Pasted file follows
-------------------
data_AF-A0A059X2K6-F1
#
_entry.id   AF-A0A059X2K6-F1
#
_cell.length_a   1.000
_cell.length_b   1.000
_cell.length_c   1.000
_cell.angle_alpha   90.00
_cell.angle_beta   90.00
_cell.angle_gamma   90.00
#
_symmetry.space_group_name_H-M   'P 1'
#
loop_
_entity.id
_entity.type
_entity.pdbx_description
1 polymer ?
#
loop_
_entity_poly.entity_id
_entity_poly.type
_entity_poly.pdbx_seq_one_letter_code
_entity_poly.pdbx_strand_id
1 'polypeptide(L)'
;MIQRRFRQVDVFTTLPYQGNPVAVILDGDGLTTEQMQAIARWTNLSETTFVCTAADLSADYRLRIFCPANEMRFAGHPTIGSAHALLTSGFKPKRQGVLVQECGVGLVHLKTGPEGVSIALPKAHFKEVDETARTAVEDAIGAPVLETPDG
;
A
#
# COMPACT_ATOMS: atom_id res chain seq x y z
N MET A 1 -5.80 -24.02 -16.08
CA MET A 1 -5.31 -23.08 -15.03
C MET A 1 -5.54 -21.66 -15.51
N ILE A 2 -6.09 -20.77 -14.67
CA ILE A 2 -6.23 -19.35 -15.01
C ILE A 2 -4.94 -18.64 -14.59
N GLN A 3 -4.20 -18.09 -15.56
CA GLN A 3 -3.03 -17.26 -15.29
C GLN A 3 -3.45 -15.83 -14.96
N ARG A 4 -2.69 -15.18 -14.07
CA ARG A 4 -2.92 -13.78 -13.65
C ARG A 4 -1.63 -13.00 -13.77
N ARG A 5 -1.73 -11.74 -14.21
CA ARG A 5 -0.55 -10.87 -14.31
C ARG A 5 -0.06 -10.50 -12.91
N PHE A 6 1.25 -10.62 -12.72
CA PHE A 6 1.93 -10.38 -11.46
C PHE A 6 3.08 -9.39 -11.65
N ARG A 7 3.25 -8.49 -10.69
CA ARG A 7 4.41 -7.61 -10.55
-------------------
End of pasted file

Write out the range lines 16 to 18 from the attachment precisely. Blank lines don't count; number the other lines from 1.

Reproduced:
_entity.type
_entity.pdbx_description
1 polymer ?